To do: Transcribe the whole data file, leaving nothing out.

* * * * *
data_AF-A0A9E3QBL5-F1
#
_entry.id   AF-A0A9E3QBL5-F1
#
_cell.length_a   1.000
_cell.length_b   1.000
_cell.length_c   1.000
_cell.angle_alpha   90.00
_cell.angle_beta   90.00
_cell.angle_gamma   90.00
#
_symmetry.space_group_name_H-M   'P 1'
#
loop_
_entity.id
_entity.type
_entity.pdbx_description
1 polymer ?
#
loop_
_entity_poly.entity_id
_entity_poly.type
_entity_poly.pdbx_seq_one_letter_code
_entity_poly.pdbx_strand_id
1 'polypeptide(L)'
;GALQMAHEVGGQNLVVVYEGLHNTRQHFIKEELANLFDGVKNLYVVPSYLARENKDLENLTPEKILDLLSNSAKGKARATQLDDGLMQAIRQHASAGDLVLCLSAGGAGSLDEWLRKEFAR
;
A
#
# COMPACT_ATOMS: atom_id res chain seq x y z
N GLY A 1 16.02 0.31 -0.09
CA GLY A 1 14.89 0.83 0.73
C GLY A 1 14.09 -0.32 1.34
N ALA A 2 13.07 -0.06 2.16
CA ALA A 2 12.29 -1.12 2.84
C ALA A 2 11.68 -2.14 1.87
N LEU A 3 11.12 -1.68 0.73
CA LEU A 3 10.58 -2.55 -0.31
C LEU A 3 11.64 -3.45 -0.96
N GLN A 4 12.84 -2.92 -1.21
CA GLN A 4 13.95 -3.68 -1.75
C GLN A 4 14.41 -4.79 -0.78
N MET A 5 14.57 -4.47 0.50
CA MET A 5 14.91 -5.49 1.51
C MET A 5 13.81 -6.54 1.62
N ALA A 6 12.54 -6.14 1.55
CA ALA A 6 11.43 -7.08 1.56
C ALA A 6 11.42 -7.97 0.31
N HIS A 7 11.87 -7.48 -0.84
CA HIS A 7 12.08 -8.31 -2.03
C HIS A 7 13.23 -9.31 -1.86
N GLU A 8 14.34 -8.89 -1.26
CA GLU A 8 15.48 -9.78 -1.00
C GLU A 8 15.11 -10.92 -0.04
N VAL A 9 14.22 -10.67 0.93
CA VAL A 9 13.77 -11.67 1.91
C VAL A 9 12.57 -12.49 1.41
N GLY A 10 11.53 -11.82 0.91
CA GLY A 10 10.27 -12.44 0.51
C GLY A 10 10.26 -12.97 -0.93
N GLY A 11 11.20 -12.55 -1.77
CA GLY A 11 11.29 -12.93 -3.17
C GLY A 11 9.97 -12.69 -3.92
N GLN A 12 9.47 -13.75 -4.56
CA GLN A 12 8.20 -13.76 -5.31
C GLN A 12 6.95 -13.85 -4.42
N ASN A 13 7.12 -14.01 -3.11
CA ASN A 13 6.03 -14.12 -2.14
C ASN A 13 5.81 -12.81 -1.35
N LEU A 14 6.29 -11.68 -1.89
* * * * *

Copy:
data_AF-A0A9E3QBL5-F1
#
_entry.id   AF-A0A9E3QBL5-F1
#
_cell.length_a   1.000
_cell.length_b   1.000
_cell.length_c   1.000
_cell.angle_alpha   90.00
_cell.angle_beta   90.00
_cell.angle_gamma   90.00
#
_symmetry.space_group_name_H-M   'P 1'
#
loop_
_entity.id
_entity.type
_entity.pdbx_description
1 polymer ?
#
loop_
_entity_poly.entity_id
_entity_poly.type
_entity_poly.pdbx_seq_one_letter_code
_entity_poly.pdbx_strand_id
1 'polypeptide(L)'
;GALQMAHEVGGQNLVVVYEGLHNTRQHFIKEELANLFDGVKNLYVVPSYLARENKDLENLTPEKILDLLSNSAKGKARATQLDDGLMQAIRQHASAGDLVLCLSAGGAGSLDEWLRKEFAR
;
A
#
# COMPACT_ATOMS: atom_id res chain seq x y z
N GLY A 1 16.02 0.31 -0.09
CA GLY A 1 14.89 0.83 0.73
C GLY A 1 14.09 -0.32 1.34
N ALA A 2 13.07 -0.06 2.16
CA ALA A 2 12.29 -1.12 2.84
C ALA A 2 11.68 -2.14 1.87
N LEU A 3 11.12 -1.68 0.73
CA LEU A 3 10.58 -2.55 -0.31
C LEU A 3 11.64 -3.45 -0.96
N GLN A 4 12.84 -2.92 -1.21
CA GLN A 4 13.95 -3.68 -1.75
C GLN A 4 14.41 -4.79 -0.78
N MET A 5 14.57 -4.47 0.50
CA MET A 5 14.91 -5.49 1.51
C MET A 5 13.81 -6.54 1.62
N ALA A 6 12.54 -6.14 1.55
CA ALA A 6 11.43 -7.08 1.56
C ALA A 6 11.42 -7.97 0.31
N HIS A 7 11.87 -7.48 -0.84
CA HIS A 7 12.08 -8.31 -2.03
C HIS A 7 13.23 -9.31 -1.86
N GLU A 8 14.34 -8.89 -1.26
CA GLU A 8 15.48 -9.78 -1.00
C GLU A 8 15.11 -10.92 -0.04
N VAL A 9 14.22 -10.67 0.93
CA VAL A 9 13.77 -11.67 1.91
C VAL A 9 12.57 -12.49 1.41
N GLY A 10 11.53 -11.82 0.91
CA GLY A 10 10.27 -12.44 0.51
C GLY A 10 10.26 -12.97 -0.93
N GLY A 11 11.20 -12.55 -1.77
CA GLY A 11 11.29 -12.93 -3.17
C GLY A 11 9.97 -12.69 -3.92
N GLN A 12 9.47 -13.75 -4.56
CA GLN A 12 8.20 -13.76 -5.31
C GLN A 12 6.95 -13.85 -4.42
N ASN A 13 7.12 -14.01 -3.11
CA ASN A 13 6.03 -14.12 -2.14
C ASN A 13 5.81 -12.81 -1.35
N LEU A 14 6.29 -11.68 -1.89